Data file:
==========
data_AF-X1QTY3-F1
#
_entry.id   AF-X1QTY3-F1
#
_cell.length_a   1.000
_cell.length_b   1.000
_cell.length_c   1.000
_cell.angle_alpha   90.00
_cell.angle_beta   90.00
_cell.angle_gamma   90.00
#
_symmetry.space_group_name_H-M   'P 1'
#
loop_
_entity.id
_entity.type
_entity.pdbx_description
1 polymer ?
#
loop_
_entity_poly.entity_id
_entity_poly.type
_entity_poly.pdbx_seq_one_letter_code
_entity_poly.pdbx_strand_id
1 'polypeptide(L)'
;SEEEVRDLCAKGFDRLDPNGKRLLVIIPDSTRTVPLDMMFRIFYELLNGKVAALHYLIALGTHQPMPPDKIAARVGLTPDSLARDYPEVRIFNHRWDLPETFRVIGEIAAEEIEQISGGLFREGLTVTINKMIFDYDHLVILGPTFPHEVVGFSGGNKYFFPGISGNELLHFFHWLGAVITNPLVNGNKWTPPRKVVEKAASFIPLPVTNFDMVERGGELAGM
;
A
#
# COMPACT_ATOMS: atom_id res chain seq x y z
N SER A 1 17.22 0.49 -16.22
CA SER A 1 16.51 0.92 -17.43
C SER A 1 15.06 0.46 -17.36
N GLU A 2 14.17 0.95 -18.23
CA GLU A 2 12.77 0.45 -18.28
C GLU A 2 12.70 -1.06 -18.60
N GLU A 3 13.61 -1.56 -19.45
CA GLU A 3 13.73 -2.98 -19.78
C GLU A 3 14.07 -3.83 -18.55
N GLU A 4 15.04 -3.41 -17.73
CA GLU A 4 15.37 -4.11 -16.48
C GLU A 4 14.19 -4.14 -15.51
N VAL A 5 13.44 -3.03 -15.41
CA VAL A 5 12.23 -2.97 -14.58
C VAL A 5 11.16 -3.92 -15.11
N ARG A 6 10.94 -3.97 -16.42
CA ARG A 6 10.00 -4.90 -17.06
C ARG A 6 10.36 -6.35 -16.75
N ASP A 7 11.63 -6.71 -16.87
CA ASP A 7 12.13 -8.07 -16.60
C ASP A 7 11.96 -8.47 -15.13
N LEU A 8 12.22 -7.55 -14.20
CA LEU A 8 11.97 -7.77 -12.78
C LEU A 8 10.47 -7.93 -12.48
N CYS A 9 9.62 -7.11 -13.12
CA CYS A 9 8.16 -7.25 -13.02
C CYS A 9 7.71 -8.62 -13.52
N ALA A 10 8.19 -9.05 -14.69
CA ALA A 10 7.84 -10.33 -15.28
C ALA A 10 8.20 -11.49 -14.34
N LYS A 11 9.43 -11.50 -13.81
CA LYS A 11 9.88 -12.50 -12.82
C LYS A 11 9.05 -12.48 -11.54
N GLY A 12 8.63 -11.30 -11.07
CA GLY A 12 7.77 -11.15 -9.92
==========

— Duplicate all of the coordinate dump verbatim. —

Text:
data_AF-X1QTY3-F1
#
_entry.id   AF-X1QTY3-F1
#
_cell.length_a   1.000
_cell.length_b   1.000
_cell.length_c   1.000
_cell.angle_alpha   90.00
_cell.angle_beta   90.00
_cell.angle_gamma   90.00
#
_symmetry.space_group_name_H-M   'P 1'
#
loop_
_entity.id
_entity.type
_entity.pdbx_description
1 polymer ?
#
loop_
_entity_poly.entity_id
_entity_poly.type
_entity_poly.pdbx_seq_one_letter_code
_entity_poly.pdbx_strand_id
1 'polypeptide(L)'
;SEEEVRDLCAKGFDRLDPNGKRLLVIIPDSTRTVPLDMMFRIFYELLNGKVAALHYLIALGTHQPMPPDKIAARVGLTPDSLARDYPEVRIFNHRWDLPETFRVIGEIAAEEIEQISGGLFREGLTVTINKMIFDYDHLVILGPTFPHEVVGFSGGNKYFFPGISGNELLHFFHWLGAVITNPLVNGNKWTPPRKVVEKAASFIPLPVTNFDMVERGGELAGM
;
A
#
# COMPACT_ATOMS: atom_id res chain seq x y z
N SER A 1 17.22 0.49 -16.22
CA SER A 1 16.51 0.92 -17.43
C SER A 1 15.06 0.46 -17.36
N GLU A 2 14.17 0.95 -18.23
CA GLU A 2 12.77 0.45 -18.28
C GLU A 2 12.70 -1.06 -18.60
N GLU A 3 13.61 -1.56 -19.45
CA GLU A 3 13.73 -2.98 -19.78
C GLU A 3 14.07 -3.83 -18.55
N GLU A 4 15.04 -3.41 -17.73
CA GLU A 4 15.37 -4.11 -16.48
C GLU A 4 14.19 -4.14 -15.51
N VAL A 5 13.44 -3.03 -15.41
CA VAL A 5 12.23 -2.97 -14.58
C VAL A 5 11.16 -3.92 -15.11
N ARG A 6 10.94 -3.97 -16.42
CA ARG A 6 10.00 -4.90 -17.06
C ARG A 6 10.36 -6.35 -16.75
N ASP A 7 11.63 -6.71 -16.87
CA ASP A 7 12.13 -8.07 -16.60
C ASP A 7 11.96 -8.47 -15.13
N LEU A 8 12.22 -7.55 -14.20
CA LEU A 8 11.97 -7.77 -12.78
C LEU A 8 10.47 -7.93 -12.48
N CYS A 9 9.62 -7.11 -13.12
CA CYS A 9 8.16 -7.25 -13.02
C CYS A 9 7.71 -8.62 -13.52
N ALA A 10 8.19 -9.05 -14.69
CA ALA A 10 7.84 -10.33 -15.28
C ALA A 10 8.20 -11.49 -14.34
N LYS A 11 9.43 -11.50 -13.81
CA LYS A 11 9.88 -12.50 -12.82
C LYS A 11 9.05 -12.48 -11.54
N GLY A 12 8.63 -11.30 -11.07
CA GLY A 12 7.77 -11.15 -9.92